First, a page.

What led to your bank's recent strong growth?
SANJAY RUGHANI Our results for 1Q2017 were positive, and the bank continues to grow, with expectations for further growth in the second half of 2017. We continue to leverage our three business segments: global banking related to the corporate and institutional side, commercial banking targeting high-end SMEs, and retail banking, which deals with both individuals and business banking, the latter being SMEs. We continue to see growth and opportunity in global banking. On the individual side and among some SMEs, there has been a slowdown. In a general sense, the economy is going through a shift, with some uncertainty and challenges. At the same time, there is growing excitement; indeed, we see this as an opportunity for growth. Given that Standard Chartered is a global bank with more than 170 years of history, we have experience in emerging markets that go through cycles, and thus use our global experience to estimate what those cycles mean and how to face them.
INEKE BUSSEMAKER In 2016, NMB was able to grow its profits, balance sheet, and loan portfolio. In 2H2016, we suffered, like many of our competitors, due to illiquidity in the market and were forced to source other, generally more expensive, avenues of funding. Clients in turn struggled to meet financial commitments, pushing up the number of non-performing loans (NPLs) across the board. Our NPL ratio increased; however, fortunately, our existing ratio was exceptionally low—for example, the Bank of Tanzania's NPL threshold is 5% while ours weighs in at 4.8%—and even with the increase it was acceptable. The factors behind our success are our rigorous credit process and follow-up procedures that work closely with the customer to come up with tailor-made solutions. As soon as a customer delays their payments, we contact them and discuss the cause of the delay. We have an excellent loan department processing and deploy good credit scoring tools. Before extending or renewing any loan, NMB checks against the data provided by Tanzania's Credit Reference Bureau. The more information a bank has about a lender, the better credit judgment it can make and the less likelihood of default. More widely speaking, what helps our business and our volume growth is our branch network. Situated in 190 places around the country, we are truly alongside our customers. Improvements in customer service, product customization, cash availability in ATMs, and the quality of our loan officers are equally important in helping us grow in the market.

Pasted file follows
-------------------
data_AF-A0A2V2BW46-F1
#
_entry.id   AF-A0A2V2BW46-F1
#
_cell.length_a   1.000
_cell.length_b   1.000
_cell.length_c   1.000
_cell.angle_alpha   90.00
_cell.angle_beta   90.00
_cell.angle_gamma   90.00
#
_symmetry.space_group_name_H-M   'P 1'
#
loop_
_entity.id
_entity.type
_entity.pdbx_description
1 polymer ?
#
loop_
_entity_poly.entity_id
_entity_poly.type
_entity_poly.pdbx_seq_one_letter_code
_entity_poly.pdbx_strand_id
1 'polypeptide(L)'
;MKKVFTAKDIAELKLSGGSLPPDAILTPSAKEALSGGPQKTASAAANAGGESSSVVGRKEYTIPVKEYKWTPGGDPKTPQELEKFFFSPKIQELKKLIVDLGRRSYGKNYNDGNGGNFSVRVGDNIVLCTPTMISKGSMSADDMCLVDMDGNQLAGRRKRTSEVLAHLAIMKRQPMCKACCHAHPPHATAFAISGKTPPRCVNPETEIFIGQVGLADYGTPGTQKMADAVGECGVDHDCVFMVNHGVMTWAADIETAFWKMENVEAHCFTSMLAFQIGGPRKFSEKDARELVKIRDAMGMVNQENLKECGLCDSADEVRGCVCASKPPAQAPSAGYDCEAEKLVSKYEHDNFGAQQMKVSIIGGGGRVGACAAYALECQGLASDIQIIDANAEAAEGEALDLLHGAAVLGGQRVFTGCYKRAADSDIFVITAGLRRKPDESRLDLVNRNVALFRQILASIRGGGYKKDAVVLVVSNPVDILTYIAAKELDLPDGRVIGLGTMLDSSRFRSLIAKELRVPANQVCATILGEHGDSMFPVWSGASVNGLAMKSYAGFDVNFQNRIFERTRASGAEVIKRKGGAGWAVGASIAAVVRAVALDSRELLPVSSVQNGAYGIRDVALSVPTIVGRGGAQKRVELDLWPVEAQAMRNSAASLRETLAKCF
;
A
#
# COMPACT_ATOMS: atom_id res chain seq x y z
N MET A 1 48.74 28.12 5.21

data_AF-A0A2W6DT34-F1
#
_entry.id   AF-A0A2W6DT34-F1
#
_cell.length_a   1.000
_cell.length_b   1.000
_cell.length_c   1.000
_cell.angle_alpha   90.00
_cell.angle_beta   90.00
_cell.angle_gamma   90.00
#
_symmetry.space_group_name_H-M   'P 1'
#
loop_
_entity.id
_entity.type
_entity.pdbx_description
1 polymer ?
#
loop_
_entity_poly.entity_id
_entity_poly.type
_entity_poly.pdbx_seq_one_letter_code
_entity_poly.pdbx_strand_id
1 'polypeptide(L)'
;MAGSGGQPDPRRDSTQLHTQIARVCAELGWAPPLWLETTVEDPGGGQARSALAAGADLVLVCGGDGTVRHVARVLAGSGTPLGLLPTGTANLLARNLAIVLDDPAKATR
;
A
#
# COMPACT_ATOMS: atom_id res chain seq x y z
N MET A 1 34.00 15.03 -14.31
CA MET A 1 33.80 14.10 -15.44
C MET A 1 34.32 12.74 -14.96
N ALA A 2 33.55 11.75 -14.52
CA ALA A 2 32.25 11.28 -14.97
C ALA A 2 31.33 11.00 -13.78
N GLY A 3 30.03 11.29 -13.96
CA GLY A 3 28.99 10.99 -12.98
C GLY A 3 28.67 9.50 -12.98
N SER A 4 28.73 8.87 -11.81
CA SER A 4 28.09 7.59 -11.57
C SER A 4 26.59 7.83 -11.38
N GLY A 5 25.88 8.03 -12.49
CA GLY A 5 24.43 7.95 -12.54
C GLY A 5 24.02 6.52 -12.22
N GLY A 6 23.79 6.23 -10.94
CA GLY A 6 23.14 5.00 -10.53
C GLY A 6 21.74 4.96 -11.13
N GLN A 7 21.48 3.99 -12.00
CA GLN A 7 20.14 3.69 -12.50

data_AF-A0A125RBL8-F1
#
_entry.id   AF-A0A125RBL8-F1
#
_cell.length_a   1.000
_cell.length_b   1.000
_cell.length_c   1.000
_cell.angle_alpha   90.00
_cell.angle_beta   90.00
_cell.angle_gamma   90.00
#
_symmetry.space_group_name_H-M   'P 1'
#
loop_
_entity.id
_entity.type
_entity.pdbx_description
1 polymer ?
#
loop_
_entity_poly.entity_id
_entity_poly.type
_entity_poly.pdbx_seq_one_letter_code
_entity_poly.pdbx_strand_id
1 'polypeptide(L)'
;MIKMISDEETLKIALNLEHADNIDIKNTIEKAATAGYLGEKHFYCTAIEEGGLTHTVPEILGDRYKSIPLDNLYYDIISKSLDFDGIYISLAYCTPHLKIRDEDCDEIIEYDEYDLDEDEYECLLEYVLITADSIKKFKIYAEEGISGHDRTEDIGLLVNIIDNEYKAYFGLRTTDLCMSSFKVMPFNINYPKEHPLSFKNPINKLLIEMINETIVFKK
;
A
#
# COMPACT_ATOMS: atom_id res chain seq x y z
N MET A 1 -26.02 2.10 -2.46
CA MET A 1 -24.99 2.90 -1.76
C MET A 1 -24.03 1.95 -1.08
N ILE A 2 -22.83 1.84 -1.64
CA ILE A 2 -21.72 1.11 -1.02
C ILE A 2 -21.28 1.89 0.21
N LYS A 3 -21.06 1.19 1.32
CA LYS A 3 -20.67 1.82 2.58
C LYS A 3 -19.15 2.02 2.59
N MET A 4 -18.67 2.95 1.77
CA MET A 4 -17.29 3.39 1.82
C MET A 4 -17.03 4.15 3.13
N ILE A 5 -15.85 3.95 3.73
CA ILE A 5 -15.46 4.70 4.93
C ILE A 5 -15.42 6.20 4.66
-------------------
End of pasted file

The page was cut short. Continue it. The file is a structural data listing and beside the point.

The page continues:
How have you worked in tandem with the government's efforts to grow the economy?
SR Standard Chartered has exciting plans for the next five years in line with the country's industrialization agenda and a focus on developing infrastructure that can support long-term growth and increase efficiency and productivity. Our model is focused on the private sector, with an emphasis on the manufacturing industry and infrastructure. We continue to restructure our products in order to meet customers' changing requirements. We also have an appetite for projects related to rail, airports, and roads. There is also a major push to drive local industries. We expand our credit business by working closely with the clients as advisors. Ultimately, we want to work alongside the government to bring the population up to middle-income status. The quality and quantity of our resources is undeniable: landmass, commodities for extraction, and human resources. Tanzania also has a privileged geographic location and a relatively diverse economy. In reality, it has not been a smooth process; the government has had to do some cleaning up and reducing bureaucracy and corruption. In the short term, this means a cost burden; however, in the long term this is a great strategy.
IB We have seen both growth and stagnation. For example, in certain sectors SMEs are doing extremely well. 2016 was a bit of an anomaly because excessive droughts across the whole of the southern and eastern region badly affected agriculture, which comprises many SMEs. In 2017, however, it looks as though there will be a bumper crop, and we should expect to see growth in agribusiness, particularly in sunflower oil, coffee, tea, and tobacco exports. Tobacco is a major cash crop in Tanzania, as well as the livelihood for farmers in the western Tabora region. NMB is keen to develop products that suit their needs, as well as prepare them to develop an alternative income source, since tobacco in the long term is not sustainable. Tanzania also seeks to boost agri-processing, rather than just exporting raw crops.